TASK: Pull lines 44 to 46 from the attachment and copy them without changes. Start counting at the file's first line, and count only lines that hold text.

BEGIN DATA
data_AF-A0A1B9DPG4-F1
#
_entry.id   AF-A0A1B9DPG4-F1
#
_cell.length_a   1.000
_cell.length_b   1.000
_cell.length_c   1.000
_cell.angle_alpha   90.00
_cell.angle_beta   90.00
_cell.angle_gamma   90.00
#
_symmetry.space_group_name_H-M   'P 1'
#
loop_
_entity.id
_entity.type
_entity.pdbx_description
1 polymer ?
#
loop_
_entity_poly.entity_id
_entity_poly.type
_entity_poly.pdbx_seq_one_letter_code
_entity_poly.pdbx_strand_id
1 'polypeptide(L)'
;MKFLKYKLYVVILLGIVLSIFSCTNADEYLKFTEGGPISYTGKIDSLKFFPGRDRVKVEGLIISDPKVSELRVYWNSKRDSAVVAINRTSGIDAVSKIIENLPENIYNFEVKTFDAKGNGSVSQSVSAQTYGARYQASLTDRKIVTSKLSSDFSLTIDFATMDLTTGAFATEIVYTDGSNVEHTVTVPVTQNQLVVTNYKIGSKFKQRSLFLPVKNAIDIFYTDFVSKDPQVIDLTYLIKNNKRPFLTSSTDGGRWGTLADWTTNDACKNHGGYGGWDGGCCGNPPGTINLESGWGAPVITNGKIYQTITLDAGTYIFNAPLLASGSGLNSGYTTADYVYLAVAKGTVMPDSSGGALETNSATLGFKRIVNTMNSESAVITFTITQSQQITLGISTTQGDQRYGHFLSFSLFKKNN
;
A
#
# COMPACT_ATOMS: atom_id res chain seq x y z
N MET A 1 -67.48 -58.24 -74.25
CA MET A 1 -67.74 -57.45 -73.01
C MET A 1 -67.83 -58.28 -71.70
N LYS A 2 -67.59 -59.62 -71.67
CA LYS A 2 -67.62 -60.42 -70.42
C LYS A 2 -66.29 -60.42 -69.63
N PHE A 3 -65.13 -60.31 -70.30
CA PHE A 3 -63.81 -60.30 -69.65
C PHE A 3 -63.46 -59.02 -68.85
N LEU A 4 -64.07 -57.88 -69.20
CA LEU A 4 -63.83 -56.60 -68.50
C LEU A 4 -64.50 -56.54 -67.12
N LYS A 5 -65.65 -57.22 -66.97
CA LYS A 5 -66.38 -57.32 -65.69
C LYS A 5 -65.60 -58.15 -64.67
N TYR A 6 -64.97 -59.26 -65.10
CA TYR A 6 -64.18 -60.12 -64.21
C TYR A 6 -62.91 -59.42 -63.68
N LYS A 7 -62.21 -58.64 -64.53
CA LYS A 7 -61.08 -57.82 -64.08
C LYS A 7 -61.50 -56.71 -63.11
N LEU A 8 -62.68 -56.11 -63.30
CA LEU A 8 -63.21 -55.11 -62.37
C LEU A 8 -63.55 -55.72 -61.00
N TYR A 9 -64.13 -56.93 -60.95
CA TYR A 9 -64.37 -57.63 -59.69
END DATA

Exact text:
CA LYS A 5 -66.38 -57.32 -65.69
C LYS A 5 -65.60 -58.15 -64.67
N TYR A 6 -64.97 -59.26 -65.10